A Sincerest of Greetings

But mama don’t cry

I found songs among the tragic

Hung my hat on sadness

Mom, I think they’re trying to keep the grand romantic in me

Now that we got bottom lines

But mom, I think I’m ready to free this grand romantic in me

(Nate Ruess)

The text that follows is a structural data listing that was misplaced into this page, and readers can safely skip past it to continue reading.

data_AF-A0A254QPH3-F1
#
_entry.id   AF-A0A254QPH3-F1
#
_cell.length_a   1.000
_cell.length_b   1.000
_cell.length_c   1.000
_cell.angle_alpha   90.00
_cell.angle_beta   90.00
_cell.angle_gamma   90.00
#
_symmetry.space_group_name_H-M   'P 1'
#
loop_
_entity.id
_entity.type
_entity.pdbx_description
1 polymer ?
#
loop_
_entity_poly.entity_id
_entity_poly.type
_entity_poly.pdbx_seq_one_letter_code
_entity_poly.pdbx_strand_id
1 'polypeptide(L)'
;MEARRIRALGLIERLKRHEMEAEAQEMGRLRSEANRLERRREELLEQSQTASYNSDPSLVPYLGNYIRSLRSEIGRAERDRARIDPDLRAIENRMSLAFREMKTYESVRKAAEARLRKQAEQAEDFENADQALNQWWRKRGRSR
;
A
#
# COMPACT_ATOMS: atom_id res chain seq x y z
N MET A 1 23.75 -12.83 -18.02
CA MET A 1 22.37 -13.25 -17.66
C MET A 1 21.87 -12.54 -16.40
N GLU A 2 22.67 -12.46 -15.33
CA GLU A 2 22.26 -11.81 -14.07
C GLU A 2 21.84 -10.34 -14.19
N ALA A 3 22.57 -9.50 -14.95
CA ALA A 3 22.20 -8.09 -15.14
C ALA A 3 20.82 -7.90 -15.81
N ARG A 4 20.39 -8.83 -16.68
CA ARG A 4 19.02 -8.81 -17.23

I have long been haunted by lingering desire to write. To inspire, provoke deeper thought, use my love of language to enact good w/n my limited sphere of influence. Yet if I’m completely honest, I also want to write to affirm my delicate self-worth & be seen as wise, clever, & above the vices of superficiality. To be viewed as someone of substance in such an ethereal, abstract climate that is our, western, American culture. So it’s my aim to bleed just enough through my words to maintain my fragility, remind us of our humanity, & even the playing field. I want to maintain authenticity w/out making this my own de facto counseling session. I want to say as clearly as possible that I do not consider myself “qualified” to inspire w/ words, any more or less than anyone else. This is simply my best attempt at obedience in conveying what I feel compelled through what has been working inside of me for quite sometime now. It matters little what comes of this, just that I am obedient w/ my end of the deal. With that being said, I thank you in advance for taking time out of your life to sit w/ me for a moment & possibly be stimulated to deeper reflection or dialogue w/ those you love. It is my honor to converse w/ you.